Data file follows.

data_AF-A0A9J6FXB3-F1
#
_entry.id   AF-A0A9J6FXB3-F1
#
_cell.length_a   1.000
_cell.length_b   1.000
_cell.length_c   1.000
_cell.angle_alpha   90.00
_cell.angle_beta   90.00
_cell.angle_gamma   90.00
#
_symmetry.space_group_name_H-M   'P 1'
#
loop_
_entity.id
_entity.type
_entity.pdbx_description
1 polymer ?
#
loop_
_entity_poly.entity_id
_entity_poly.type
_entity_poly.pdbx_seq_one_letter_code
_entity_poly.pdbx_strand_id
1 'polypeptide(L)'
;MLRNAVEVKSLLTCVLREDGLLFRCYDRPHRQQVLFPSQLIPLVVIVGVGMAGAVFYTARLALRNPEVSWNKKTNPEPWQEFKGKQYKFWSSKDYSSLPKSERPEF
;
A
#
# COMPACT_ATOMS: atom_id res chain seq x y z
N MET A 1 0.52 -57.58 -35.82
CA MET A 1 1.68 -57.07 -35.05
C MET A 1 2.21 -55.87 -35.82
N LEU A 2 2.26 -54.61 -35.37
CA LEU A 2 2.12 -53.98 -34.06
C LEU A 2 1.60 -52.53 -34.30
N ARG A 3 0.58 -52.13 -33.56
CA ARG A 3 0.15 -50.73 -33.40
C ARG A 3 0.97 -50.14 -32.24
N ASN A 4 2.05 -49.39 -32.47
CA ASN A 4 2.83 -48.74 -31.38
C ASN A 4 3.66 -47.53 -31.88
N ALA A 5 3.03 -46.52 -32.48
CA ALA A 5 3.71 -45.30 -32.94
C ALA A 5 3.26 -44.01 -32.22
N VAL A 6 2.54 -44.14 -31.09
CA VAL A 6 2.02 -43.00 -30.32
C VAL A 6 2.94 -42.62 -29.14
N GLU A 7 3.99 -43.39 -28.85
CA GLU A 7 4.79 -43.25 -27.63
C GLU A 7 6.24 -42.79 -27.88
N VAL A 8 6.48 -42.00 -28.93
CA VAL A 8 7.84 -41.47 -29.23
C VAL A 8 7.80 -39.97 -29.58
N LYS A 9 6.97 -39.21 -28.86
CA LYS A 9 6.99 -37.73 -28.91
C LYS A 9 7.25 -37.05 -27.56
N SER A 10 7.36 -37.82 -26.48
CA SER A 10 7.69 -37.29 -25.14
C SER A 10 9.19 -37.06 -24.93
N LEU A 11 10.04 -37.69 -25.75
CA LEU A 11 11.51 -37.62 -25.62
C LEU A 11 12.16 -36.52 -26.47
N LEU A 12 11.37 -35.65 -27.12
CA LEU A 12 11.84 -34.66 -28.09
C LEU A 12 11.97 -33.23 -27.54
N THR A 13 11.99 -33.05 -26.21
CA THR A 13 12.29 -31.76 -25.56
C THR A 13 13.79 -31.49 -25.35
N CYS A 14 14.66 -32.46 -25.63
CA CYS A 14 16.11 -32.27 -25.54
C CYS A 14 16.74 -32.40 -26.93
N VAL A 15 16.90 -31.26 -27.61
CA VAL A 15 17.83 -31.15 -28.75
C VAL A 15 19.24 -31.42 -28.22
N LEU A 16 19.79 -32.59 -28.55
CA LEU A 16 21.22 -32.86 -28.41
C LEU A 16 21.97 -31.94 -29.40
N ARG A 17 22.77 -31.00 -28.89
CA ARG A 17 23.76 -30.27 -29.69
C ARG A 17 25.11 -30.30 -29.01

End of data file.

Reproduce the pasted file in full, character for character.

data_AF-A0A9J6FXB3-F1
#
_entry.id   AF-A0A9J6FXB3-F1
#
_cell.length_a   1.000
_cell.length_b   1.000
_cell.length_c   1.000
_cell.angle_alpha   90.00
_cell.angle_beta   90.00
_cell.angle_gamma   90.00
#
_symmetry.space_group_name_H-M   'P 1'
#
loop_
_entity.id
_entity.type
_entity.pdbx_description
1 polymer ?
#
loop_
_entity_poly.entity_id
_entity_poly.type
_entity_poly.pdbx_seq_one_letter_code
_entity_poly.pdbx_strand_id
1 'polypeptide(L)'
;MLRNAVEVKSLLTCVLREDGLLFRCYDRPHRQQVLFPSQLIPLVVIVGVGMAGAVFYTARLALRNPEVSWNKKTNPEPWQEFKGKQYKFWSSKDYSSLPKSERPEF
;
A
#
# COMPACT_ATOMS: atom_id res chain seq x y z
N MET A 1 0.52 -57.58 -35.82
CA MET A 1 1.68 -57.07 -35.05
C MET A 1 2.21 -55.87 -35.82
N LEU A 2 2.26 -54.61 -35.37
CA LEU A 2 2.12 -53.98 -34.06
C LEU A 2 1.60 -52.53 -34.30
N ARG A 3 0.58 -52.13 -33.56
CA ARG A 3 0.15 -50.73 -33.40
C ARG A 3 0.97 -50.14 -32.24
N ASN A 4 2.05 -49.39 -32.47
CA ASN A 4 2.83 -48.74 -31.38
C ASN A 4 3.66 -47.53 -31.88
N ALA A 5 3.03 -46.52 -32.48
CA ALA A 5 3.71 -45.30 -32.94
C ALA A 5 3.26 -44.01 -32.22
N VAL A 6 2.54 -44.14 -31.09
CA VAL A 6 2.02 -43.00 -30.32
C VAL A 6 2.94 -42.62 -29.14
N GLU A 7 3.99 -43.39 -28.85
CA GLU A 7 4.79 -43.25 -27.63
C GLU A 7 6.24 -42.79 -27.88
N VAL A 8 6.48 -42.00 -28.93
CA VAL A 8 7.84 -41.47 -29.23
C VAL A 8 7.80 -39.97 -29.58
N LYS A 9 6.97 -39.21 -28.86
CA LYS A 9 6.99 -37.73 -28.91
C LYS A 9 7.25 -37.05 -27.56
N SER A 10 7.36 -37.82 -26.48
CA SER A 10 7.69 -37.29 -25.14
C SER A 10 9.19 -37.06 -24.93
N LEU A 11 10.04 -37.69 -25.75
CA LEU A 11 11.51 -37.62 -25.62
C LEU A 11 12.16 -36.52 -26.47
N LEU A 12 11.37 -35.65 -27.12
CA LEU A 12 11.84 -34.66 -28.09
C LEU A 12 11.97 -33.23 -27.54
N THR A 13 11.99 -33.05 -26.21
CA THR A 13 12.29 -31.76 -25.56
C THR A 13 13.79 -31.49 -25.35
N CYS A 14 14.66 -32.46 -25.63
CA CYS A 14 16.11 -32.27 -25.54
C CYS A 14 16.74 -32.40 -26.93
N VAL A 15 16.90 -31.26 -27.61
CA VAL A 15 17.83 -31.15 -28.75
C VAL A 15 19.24 -31.42 -28.22
N LEU A 16 19.79 -32.59 -28.55
CA LEU A 16 21.22 -32.86 -28.41
C LEU A 16 21.97 -31.94 -29.40
N ARG A 17 22.77 -31.00 -28.89
CA ARG A 17 23.76 -30.27 -29.69
C ARG A 17 25.11 -30.30 -29.01